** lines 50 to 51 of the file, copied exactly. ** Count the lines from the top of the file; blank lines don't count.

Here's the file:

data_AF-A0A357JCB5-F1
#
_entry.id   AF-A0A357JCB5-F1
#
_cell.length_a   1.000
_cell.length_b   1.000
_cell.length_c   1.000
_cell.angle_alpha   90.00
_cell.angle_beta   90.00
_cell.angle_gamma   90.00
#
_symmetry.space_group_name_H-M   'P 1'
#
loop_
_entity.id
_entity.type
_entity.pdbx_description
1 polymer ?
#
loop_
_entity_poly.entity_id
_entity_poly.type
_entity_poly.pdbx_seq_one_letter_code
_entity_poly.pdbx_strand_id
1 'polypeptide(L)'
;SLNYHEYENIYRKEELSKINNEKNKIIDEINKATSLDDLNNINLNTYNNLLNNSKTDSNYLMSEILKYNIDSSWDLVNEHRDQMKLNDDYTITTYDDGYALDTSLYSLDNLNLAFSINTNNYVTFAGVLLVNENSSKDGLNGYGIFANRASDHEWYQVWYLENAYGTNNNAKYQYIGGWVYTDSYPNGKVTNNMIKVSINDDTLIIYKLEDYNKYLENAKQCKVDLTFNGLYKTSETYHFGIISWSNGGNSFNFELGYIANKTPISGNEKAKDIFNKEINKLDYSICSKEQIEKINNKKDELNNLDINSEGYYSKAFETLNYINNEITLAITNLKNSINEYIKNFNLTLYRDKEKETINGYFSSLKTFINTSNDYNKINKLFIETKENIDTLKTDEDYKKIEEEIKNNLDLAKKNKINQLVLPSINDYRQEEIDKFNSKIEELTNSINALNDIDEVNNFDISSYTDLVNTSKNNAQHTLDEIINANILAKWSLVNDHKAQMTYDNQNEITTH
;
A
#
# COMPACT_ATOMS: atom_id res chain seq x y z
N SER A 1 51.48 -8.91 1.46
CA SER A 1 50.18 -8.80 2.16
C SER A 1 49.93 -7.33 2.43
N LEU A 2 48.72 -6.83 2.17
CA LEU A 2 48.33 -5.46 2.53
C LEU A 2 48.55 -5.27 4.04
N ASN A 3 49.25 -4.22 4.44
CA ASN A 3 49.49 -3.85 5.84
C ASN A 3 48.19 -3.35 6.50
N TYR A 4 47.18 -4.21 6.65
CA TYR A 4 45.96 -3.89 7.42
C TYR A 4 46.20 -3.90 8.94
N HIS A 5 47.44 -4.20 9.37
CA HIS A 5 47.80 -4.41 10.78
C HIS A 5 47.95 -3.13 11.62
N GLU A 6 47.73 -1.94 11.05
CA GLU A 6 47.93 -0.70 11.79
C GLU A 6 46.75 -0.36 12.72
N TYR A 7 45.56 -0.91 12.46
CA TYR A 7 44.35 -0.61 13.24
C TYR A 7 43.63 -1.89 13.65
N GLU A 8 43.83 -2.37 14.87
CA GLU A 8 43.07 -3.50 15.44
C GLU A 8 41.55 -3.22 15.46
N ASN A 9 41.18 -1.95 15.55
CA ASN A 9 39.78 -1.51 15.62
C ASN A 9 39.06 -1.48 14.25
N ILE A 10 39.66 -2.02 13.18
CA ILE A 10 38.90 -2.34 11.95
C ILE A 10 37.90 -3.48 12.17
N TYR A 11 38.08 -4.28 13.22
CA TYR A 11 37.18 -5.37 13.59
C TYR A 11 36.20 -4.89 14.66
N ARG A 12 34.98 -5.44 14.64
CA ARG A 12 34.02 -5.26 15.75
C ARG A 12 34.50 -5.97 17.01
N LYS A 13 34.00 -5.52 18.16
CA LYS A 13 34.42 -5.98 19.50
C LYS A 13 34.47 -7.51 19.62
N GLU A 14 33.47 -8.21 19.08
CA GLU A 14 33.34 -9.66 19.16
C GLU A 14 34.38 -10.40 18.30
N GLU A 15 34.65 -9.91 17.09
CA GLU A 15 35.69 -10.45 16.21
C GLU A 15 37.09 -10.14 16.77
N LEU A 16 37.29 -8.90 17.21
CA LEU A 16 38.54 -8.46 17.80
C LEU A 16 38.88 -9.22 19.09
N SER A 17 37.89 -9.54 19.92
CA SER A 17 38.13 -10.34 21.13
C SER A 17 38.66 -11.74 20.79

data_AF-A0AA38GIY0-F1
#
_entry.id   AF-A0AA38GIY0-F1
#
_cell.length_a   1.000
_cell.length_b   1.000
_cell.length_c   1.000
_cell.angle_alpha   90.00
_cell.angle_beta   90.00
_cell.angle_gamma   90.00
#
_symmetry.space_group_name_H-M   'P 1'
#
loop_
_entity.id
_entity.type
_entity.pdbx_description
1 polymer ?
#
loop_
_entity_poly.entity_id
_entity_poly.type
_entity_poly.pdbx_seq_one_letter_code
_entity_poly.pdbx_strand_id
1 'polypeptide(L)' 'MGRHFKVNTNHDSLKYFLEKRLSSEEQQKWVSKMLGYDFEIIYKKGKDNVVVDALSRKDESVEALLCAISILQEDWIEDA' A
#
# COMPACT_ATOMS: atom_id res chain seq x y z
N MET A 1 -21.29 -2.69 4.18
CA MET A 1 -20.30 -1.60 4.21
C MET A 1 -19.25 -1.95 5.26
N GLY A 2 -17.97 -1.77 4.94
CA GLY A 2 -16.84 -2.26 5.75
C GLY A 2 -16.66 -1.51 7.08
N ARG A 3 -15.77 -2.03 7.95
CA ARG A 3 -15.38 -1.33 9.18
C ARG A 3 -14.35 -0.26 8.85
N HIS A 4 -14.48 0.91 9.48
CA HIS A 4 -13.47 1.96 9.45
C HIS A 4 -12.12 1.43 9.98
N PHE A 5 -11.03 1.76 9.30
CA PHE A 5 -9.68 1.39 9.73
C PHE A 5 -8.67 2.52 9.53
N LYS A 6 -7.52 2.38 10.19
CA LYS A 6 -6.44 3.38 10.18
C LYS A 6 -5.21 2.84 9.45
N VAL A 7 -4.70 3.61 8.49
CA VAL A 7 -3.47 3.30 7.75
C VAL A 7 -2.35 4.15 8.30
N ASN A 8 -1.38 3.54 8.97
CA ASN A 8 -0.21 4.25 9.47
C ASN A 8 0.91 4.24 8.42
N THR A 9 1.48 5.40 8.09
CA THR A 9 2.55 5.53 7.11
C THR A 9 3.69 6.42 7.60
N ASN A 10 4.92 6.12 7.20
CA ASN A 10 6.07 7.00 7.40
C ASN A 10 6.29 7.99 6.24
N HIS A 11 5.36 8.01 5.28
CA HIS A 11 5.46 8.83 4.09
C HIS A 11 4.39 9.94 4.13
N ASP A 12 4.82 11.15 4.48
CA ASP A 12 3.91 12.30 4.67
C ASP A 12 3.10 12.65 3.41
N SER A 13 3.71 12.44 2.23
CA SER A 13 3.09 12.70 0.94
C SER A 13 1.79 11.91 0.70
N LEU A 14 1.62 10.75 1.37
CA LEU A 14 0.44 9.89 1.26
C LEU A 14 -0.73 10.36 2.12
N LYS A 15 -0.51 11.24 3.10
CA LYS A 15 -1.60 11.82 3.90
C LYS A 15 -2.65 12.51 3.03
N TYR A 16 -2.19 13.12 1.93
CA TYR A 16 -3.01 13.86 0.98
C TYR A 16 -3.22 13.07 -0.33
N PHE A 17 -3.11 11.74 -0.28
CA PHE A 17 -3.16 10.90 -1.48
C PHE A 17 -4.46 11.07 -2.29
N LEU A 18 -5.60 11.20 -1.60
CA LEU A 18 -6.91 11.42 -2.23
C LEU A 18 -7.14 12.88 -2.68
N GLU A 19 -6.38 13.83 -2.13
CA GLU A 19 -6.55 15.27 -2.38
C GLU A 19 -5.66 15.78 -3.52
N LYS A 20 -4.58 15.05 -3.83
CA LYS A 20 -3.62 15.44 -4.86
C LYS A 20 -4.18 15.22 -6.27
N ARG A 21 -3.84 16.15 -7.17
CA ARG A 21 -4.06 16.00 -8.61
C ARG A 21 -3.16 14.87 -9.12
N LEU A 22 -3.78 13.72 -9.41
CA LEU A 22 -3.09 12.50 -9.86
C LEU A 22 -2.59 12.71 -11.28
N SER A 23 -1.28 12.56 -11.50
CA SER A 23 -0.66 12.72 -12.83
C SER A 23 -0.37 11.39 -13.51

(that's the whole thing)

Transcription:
CA TYR A 7 44.35 -0.61 13.24
C TYR A 7 43.63 -1.89 13.65